Fourteen passengers aboard US chartered flights evacuating Americans and their families from the Diamond Princess cruise ship have tested positive for novel coronavirus, according to a joint statement from the US Departments of State and Health and Human Services.
The passengers are among the more than 300 people removed from the ship, which is docked off the Japanese port city of Yokohama, Sunday night and flown to military bases in the United States.
US officials were notified that they had tested positive for coronavirus during the evacuation process, after passengers had disembarked the ship, the agencies said in the joint statement Monday. The passengers had been tested two to three days before the evacuation flights, the statement said.
"After consultation with HHS officials, including experts from the HHS Office of the Assistant Secretary for Preparedness and Response, the State Department made the decision to allow the 14 individuals, who were in isolation, separated from other passengers, and continued to be asymptomatic, to remain on the aircraft to complete the evacuation process," the agencies said.
One charter flight carrying evacuated Americans arrived at Travis Air Force Base near Fairfield, California, around 11:28 p.m. local time Sunday. A second arrived at Joint Base San Antonio-Lackland in San Antonio, Texas at 3:56 a.m. local time Monday.
The passengers who tested positive were isolated from the other passengers during the flights, the statement said. And all passengers are being "closely monitored" throughout the flight.
"Any who become symptomatic will be moved to the specialized containment area, where they will be treated," the statement said.
After the flights land, any passengers that developed symptoms on the flights and those who had already tested positive will be transported to "an appropriate location for continued isolation and care."
The remaining passengers will remain under quarantine for 14 days.
Passengers arriving to Travis Air Force Base will be housed in the same facility as evacuees who arrived from Wuhan earlier this month, a spokesperson for the base told CNN. New evacuees will be kept in a separate area of the Westwind Inn on the base, the spokesperson said.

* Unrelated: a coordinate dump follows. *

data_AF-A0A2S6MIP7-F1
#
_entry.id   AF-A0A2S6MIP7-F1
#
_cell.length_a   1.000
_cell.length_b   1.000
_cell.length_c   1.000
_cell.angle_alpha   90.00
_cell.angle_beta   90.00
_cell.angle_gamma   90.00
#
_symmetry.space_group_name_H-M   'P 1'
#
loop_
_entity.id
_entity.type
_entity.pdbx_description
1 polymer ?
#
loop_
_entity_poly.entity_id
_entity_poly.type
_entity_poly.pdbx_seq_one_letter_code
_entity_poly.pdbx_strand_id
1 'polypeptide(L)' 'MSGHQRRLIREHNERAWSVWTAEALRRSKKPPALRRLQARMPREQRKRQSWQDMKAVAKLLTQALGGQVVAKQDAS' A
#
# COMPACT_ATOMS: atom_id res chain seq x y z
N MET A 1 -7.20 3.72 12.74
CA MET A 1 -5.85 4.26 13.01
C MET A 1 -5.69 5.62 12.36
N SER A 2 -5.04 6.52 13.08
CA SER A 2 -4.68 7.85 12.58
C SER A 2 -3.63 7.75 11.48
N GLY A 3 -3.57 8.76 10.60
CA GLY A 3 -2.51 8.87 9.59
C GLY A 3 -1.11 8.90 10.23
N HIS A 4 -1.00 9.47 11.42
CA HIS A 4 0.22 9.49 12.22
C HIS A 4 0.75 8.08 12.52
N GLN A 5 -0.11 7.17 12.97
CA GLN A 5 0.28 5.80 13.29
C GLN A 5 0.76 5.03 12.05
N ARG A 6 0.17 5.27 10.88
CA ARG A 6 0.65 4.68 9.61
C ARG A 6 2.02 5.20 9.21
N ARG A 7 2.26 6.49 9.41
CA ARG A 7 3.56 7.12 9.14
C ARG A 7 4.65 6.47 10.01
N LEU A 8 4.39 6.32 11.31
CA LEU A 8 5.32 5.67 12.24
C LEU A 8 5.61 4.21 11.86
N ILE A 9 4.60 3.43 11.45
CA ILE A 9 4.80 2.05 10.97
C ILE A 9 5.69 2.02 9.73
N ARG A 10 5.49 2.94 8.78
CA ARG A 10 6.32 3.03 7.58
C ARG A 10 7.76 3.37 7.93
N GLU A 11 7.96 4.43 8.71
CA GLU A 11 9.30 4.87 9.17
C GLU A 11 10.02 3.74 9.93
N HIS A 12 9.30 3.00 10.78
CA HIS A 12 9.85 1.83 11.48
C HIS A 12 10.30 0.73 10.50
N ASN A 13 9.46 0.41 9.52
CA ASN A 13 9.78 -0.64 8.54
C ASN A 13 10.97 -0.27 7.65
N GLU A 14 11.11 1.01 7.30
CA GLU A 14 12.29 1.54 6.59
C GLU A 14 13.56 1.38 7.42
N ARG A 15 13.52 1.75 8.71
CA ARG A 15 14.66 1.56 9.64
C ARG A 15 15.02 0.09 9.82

Before the announcement about the infected flight passengers, some Americans aboard the Diamond Princess said they didn't want to take a chance being evacuated for fear they would be subject to possible infection.
Sacramento resident Matthew Smith told CNN affiliate KOVR that he would rather deal with issues in Japan than be evacuated and quarantined in the United States.
"We decided we would just face whatever consequences here rather than exposing ourselves to that situation," Smith told the affiliate."It kind of didn't make any sense if the us was fearful that these were infected people which is why they're going to quarantine them for another 2 weeks to have thrown them all together"
Smith's wife Katherine Codekas was met with some surprise when she told authorities that she and her husband weren't going to go with the other American evacuees, KOVR reported.
"They came back around again and I said no we're not going and they very sincerely wished us luck but there was a little look of surprise on their face," Codekas explained to the affiliate.
"You know, it's not like we're the last helicopter off the roof top in Ho Chi Mihn City," she told KOVR. "We're on a boat and we're watching people go away and people just make different choices about how they want to confront the virus."